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Old   May 23, 2019, 12:49
Post Pointers to Objects
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Amir Bagheri
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Hi all,


I had a question about how objects are passed as function parameters inside SU2. In some cases, objects are created as pointers to their respective classes. An example is the following:

Code:
void CDiscAdjSolver::SetSurface_Sensitivity(CGeometry *geometry, CConfig *config) { }
As I understand, in the above code, geometry and config are object pointers that are passed to SetSurface_Sensitivity as inputs, and are later on used inside. The methods within these classes are accessed via the arrow operator. So far so good.

In some function calls however, we get something similar to the following:

Code:
void CDiscAdjFluidIteration::InitializeAdjoint(CSolver *****solver_container, CGeometry ****geometry_container, CConfig **config_container, unsigned short iZone, unsigned short iInst){}
I'm having a hard time understanding what the 5 asterisks mean? Does that create 5 nested pointers? Or a 5d array of a pointer to the classes? This gets more confusing when the containers are used inside the methods. For example, in the method above, we have:

Code:
solver_container[iZone][iInst][MESH_0][ADJFLOW_SOL]->SetAdj_ObjFunc(geometry_container[iZone][iInst][MESH_0], config_container[iZone]);
I know MESH_0 and ADJFLOW_SOL represent constants which are assigned integer values, but I don't understand what they do to solver_container? For example how is solver_container[1][2][3][4] different to solver_container[1][2][3][0]? What are we accessing here using the integers?

I'm relatively new to C++ so it might be something fundamental that I'm missing here, but I've done a fair bit of digging online and can't seem to find anything similar. If anyone has any clue what the above means I'd be grateful if they could help.

Thanks,
Amir
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Old   May 23, 2019, 16:49
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Pedro Gomes
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Hi Amir,
One of the dereference operators (*) is for polymorphism (it should be easy to read about this online).
The others are to create an nd-array of which:
1st dimension is for zones defined in the mesh file.
2nd is for instances but I don't think that is in use now.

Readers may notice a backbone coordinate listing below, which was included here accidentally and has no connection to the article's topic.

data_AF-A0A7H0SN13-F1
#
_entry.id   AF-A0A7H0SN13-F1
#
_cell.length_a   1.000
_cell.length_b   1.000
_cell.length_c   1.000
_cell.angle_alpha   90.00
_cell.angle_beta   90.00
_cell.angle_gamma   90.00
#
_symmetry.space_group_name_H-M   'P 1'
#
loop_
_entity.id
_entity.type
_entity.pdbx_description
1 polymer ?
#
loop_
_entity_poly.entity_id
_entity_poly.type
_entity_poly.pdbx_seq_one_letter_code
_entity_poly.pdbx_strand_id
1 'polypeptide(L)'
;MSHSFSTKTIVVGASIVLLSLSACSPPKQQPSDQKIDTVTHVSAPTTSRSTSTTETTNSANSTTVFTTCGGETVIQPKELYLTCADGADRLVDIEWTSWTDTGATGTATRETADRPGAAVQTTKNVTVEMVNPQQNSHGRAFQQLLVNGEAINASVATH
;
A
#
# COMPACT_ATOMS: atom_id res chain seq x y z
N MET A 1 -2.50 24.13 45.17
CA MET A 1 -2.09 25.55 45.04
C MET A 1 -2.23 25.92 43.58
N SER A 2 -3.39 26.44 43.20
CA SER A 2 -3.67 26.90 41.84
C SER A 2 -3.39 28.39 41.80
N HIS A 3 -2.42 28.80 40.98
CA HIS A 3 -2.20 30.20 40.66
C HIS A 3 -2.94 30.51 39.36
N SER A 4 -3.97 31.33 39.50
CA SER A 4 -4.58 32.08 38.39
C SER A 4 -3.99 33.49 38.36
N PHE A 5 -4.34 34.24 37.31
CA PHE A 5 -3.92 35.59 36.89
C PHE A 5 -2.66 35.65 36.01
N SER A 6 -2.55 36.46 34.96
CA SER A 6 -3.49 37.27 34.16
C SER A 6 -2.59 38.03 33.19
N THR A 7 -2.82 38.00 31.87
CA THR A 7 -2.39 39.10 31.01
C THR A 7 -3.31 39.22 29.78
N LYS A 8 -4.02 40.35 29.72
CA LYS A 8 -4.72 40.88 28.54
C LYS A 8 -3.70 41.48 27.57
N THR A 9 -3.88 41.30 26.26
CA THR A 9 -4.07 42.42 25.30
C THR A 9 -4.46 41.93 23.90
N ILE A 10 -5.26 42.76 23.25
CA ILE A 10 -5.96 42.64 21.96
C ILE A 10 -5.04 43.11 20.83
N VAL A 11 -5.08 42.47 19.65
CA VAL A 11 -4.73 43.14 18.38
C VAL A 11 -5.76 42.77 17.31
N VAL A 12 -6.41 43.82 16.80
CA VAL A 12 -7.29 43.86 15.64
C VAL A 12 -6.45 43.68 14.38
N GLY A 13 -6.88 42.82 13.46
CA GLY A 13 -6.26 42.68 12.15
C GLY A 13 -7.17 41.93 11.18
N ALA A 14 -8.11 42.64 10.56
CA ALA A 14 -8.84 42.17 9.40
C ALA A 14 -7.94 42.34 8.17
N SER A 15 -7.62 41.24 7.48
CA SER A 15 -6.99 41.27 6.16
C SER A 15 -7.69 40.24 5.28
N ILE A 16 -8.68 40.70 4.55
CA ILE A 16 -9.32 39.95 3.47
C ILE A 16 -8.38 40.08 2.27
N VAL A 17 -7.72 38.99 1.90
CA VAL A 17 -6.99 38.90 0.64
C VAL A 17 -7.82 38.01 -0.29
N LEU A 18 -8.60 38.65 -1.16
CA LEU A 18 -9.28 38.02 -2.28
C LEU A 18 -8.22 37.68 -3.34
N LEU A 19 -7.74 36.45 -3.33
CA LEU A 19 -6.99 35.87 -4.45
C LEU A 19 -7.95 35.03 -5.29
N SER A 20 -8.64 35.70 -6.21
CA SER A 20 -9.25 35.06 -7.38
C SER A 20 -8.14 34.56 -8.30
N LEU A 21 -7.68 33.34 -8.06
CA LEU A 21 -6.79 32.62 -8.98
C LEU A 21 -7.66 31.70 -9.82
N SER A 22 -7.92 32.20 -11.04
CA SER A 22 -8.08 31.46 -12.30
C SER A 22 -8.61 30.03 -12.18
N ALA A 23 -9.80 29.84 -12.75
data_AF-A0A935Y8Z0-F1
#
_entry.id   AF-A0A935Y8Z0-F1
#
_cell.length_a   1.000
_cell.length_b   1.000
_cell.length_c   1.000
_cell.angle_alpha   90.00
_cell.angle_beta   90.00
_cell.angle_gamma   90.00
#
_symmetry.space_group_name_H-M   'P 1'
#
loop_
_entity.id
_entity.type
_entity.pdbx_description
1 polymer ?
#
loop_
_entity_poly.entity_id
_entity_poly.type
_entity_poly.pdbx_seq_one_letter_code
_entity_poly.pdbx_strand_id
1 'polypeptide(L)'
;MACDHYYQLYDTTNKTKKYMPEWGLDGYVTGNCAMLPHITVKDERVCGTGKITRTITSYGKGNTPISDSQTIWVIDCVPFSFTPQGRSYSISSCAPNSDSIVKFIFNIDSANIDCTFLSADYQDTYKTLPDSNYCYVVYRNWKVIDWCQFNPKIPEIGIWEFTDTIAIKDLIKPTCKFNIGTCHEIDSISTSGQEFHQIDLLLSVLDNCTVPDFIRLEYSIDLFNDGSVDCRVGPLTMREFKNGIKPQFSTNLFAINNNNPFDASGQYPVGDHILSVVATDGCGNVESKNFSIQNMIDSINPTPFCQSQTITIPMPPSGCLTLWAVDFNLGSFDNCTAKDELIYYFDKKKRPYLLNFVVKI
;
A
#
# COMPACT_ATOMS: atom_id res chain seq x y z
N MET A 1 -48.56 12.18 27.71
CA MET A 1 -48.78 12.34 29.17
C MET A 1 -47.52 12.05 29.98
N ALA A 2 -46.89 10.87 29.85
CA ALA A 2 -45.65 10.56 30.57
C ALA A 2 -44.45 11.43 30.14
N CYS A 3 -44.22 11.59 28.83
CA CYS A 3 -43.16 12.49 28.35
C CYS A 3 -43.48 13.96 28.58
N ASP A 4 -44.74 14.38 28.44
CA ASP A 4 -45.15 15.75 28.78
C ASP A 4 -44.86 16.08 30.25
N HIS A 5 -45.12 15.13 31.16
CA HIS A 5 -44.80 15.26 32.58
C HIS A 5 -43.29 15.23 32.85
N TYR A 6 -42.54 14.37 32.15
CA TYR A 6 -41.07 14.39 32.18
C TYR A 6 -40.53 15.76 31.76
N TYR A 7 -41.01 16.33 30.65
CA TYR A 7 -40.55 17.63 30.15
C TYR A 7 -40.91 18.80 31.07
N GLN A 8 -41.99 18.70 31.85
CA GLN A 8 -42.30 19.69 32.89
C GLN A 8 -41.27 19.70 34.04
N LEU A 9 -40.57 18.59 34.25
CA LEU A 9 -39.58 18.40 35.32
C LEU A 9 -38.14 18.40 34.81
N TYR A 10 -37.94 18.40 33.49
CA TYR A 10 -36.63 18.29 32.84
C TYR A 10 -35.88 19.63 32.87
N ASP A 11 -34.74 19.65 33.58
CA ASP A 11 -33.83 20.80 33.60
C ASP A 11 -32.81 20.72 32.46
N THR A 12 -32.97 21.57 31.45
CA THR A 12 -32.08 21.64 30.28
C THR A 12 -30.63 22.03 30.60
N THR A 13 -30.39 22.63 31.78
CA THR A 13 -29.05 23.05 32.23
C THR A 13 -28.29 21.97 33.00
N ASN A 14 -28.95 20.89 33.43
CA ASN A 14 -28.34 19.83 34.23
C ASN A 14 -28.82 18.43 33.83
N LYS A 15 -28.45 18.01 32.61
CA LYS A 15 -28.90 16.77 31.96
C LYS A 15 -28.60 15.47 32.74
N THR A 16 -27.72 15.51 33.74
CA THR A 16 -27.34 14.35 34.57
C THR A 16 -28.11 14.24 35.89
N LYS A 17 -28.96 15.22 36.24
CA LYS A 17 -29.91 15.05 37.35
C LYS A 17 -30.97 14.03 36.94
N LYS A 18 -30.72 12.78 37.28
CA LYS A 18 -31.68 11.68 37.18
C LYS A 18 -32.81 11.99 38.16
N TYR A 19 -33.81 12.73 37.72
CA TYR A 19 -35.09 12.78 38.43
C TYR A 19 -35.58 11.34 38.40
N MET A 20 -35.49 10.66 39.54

3rd is for grids (of the same zone) this is used for multigrid acceleration.
4th is for different solvers, numerics, etc. that a zone needs, for example a NS solver and a turbulent solver for RANS simulations, they are stored in fixed (static) locations to make it clear which solver is being accessed, even if the container is never completely full.

The numerics container only has numerics pointers to CNumerics objects, the solver container pointer to CSolver objects, etc.

Cheers,
Pedro
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Old   May 24, 2019, 11:59
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Amir Bagheri
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Hi Pedro,


Once again, thanks for your help.


Is there anywhere in the code where the structure of the container arrays are defined? For example, a geometry_container is defined in various functions within the code, sometimes with one asterisk, sometimes two, three or four.


How does one determine what the size of the nd-array for the container has to be? Are these defined/allocated anywhere?


I guess my question stems from the fact that I don't understand what the use of these arrays are? Can't we just always create the objects with only one deference operator?



Cheers,
Amir
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Old   May 25, 2019, 06:26
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At the highest level of the hierarchy you have CDriver, all the containers "belong" to the driver, and the driver allocates and populates these containers in corresponding "XX_Preprocessing" methods.
I use belong in "" because these containers are just pointers (addresses in memory), the actual objects live somewhere in memory, but as with most things in programming it is a matter of abstraction, so lets say the containers are... contained (cough)... in the driver.
Now, the driver passes the addresses (pointers) of these objects down to the methods of the classes that make use of them. The important thing is that the objects are only created by the driver, when you see "CSolver *solver" as a function argument this is not a new solver, simply the address of something that exists in memory.
Some methods have as arguments only one pointer to solver because the client for the method will decide for it what solver it should work on. Others get the entire nd-array of pointers because they need to operate on multiple solvers, for example methods related to multigrid need to loop trough all the grids of a given zone and there is a solver associated to each grid (not because they are different solvers, but because they contain different data).

You could argue that this architecture is too flexible, for example if CIteration uses CSolver then maybe it should own the solver, or if CSolver uses CNumerics maybe it should own them instead of driver... And if the code had been written like that I would now probably say the architecture is inflexible...

Anyway, what helped me the most understanding the design intent of each class and how they should interact with each other was to start at the top (CDriver.Run()) and go down the rabbit hole, or in programming terms, follow the call stack.
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